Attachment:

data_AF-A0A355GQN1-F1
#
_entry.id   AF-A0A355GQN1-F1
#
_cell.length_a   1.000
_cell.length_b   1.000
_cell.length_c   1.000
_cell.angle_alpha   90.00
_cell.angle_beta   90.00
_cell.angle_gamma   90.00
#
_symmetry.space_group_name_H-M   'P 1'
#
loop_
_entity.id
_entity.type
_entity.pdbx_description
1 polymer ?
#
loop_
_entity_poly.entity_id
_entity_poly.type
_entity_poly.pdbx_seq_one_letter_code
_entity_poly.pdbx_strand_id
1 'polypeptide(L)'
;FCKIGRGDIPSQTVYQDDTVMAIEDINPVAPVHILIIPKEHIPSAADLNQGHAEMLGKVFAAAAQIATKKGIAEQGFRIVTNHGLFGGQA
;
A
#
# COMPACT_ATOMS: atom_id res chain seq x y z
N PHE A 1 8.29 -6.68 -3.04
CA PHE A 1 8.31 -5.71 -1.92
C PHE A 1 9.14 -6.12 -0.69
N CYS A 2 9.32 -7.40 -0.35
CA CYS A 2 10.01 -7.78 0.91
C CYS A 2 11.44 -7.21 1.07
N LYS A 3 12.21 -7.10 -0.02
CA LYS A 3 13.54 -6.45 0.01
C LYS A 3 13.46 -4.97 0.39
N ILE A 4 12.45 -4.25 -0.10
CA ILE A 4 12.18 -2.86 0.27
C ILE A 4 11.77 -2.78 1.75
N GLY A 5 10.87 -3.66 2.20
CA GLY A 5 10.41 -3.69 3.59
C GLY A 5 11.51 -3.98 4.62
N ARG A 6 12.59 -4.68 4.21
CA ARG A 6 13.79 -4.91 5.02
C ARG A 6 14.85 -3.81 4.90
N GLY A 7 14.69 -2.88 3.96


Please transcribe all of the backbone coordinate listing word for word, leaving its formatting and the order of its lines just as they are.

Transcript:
data_AF-A0A355GQN1-F1
#
_entry.id   AF-A0A355GQN1-F1
#
_cell.length_a   1.000
_cell.length_b   1.000
_cell.length_c   1.000
_cell.angle_alpha   90.00
_cell.angle_beta   90.00
_cell.angle_gamma   90.00
#
_symmetry.space_group_name_H-M   'P 1'
#
loop_
_entity.id
_entity.type
_entity.pdbx_description
1 polymer ?
#
loop_
_entity_poly.entity_id
_entity_poly.type
_entity_poly.pdbx_seq_one_letter_code
_entity_poly.pdbx_strand_id
1 'polypeptide(L)'
;FCKIGRGDIPSQTVYQDDTVMAIEDINPVAPVHILIIPKEHIPSAADLNQGHAEMLGKVFAAAAQIATKKGIAEQGFRIVTNHGLFGGQA
;
A
#
# COMPACT_ATOMS: atom_id res chain seq x y z
N PHE A 1 8.29 -6.68 -3.04
CA PHE A 1 8.31 -5.71 -1.92
C PHE A 1 9.14 -6.12 -0.69
N CYS A 2 9.32 -7.40 -0.35
CA CYS A 2 10.01 -7.78 0.91
C CYS A 2 11.44 -7.21 1.07
N LYS A 3 12.21 -7.10 -0.02
CA LYS A 3 13.54 -6.45 0.01
C LYS A 3 13.46 -4.97 0.39
N ILE A 4 12.45 -4.25 -0.10
CA ILE A 4 12.18 -2.86 0.27
C ILE A 4 11.77 -2.78 1.75
N GLY A 5 10.87 -3.66 2.20
CA GLY A 5 10.41 -3.69 3.59
C GLY A 5 11.51 -3.98 4.62
N ARG A 6 12.59 -4.68 4.21
CA ARG A 6 13.79 -4.91 5.02
C ARG A 6 14.85 -3.81 4.90
N GLY A 7 14.69 -2.88 3.96